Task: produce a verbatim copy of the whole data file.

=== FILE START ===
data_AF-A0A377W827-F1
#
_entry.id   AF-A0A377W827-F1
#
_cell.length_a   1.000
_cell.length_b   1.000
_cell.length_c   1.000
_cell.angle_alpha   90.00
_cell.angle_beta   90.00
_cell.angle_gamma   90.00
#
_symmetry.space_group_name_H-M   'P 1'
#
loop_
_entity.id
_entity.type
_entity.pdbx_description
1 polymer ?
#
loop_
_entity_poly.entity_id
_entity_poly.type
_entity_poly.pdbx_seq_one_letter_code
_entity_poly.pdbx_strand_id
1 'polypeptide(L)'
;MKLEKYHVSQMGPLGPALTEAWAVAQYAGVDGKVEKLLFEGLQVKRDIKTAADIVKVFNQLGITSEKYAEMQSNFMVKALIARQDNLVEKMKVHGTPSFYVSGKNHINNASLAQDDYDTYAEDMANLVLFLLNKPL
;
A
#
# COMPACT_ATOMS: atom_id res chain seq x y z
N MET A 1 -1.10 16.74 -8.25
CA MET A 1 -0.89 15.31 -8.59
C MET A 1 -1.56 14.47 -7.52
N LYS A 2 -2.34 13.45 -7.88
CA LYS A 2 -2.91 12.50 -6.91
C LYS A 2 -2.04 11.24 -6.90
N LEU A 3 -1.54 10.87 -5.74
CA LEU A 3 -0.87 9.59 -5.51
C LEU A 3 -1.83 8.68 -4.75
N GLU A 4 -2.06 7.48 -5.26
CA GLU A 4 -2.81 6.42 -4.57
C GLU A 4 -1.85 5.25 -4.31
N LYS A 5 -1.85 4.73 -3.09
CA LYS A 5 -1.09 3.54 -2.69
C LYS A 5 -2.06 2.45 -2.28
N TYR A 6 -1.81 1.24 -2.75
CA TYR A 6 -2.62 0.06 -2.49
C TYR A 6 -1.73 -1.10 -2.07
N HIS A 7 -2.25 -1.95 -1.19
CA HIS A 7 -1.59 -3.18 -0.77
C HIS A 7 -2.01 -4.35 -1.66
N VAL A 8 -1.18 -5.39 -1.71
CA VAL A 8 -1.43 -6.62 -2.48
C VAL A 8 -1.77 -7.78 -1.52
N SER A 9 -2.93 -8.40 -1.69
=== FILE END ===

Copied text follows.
data_AF-A0A377W827-F1
#
_entry.id   AF-A0A377W827-F1
#
_cell.length_a   1.000
_cell.length_b   1.000
_cell.length_c   1.000
_cell.angle_alpha   90.00
_cell.angle_beta   90.00
_cell.angle_gamma   90.00
#
_symmetry.space_group_name_H-M   'P 1'
#
loop_
_entity.id
_entity.type
_entity.pdbx_description
1 polymer ?
#
loop_
_entity_poly.entity_id
_entity_poly.type
_entity_poly.pdbx_seq_one_letter_code
_entity_poly.pdbx_strand_id
1 'polypeptide(L)'
;MKLEKYHVSQMGPLGPALTEAWAVAQYAGVDGKVEKLLFEGLQVKRDIKTAADIVKVFNQLGITSEKYAEMQSNFMVKALIARQDNLVEKMKVHGTPSFYVSGKNHINNASLAQDDYDTYAEDMANLVLFLLNKPL
;
A
#
# COMPACT_ATOMS: atom_id res chain seq x y z
N MET A 1 -1.10 16.74 -8.25
CA MET A 1 -0.89 15.31 -8.59
C MET A 1 -1.56 14.47 -7.52
N LYS A 2 -2.34 13.45 -7.88
CA LYS A 2 -2.91 12.50 -6.91
C LYS A 2 -2.04 11.24 -6.90
N LEU A 3 -1.54 10.87 -5.74
CA LEU A 3 -0.87 9.59 -5.51
C LEU A 3 -1.83 8.68 -4.75
N GLU A 4 -2.06 7.48 -5.26
CA GLU A 4 -2.81 6.42 -4.57
C GLU A 4 -1.85 5.25 -4.31
N LYS A 5 -1.85 4.73 -3.09
CA LYS A 5 -1.09 3.54 -2.69
C LYS A 5 -2.06 2.45 -2.28
N TYR A 6 -1.81 1.24 -2.75
CA TYR A 6 -2.62 0.06 -2.49
C TYR A 6 -1.73 -1.10 -2.07
N HIS A 7 -2.25 -1.95 -1.19
CA HIS A 7 -1.59 -3.18 -0.77
C HIS A 7 -2.01 -4.35 -1.66
N VAL A 8 -1.18 -5.39 -1.71
CA VAL A 8 -1.43 -6.62 -2.48
C VAL A 8 -1.77 -7.78 -1.52
N SER A 9 -2.93 -8.40 -1.69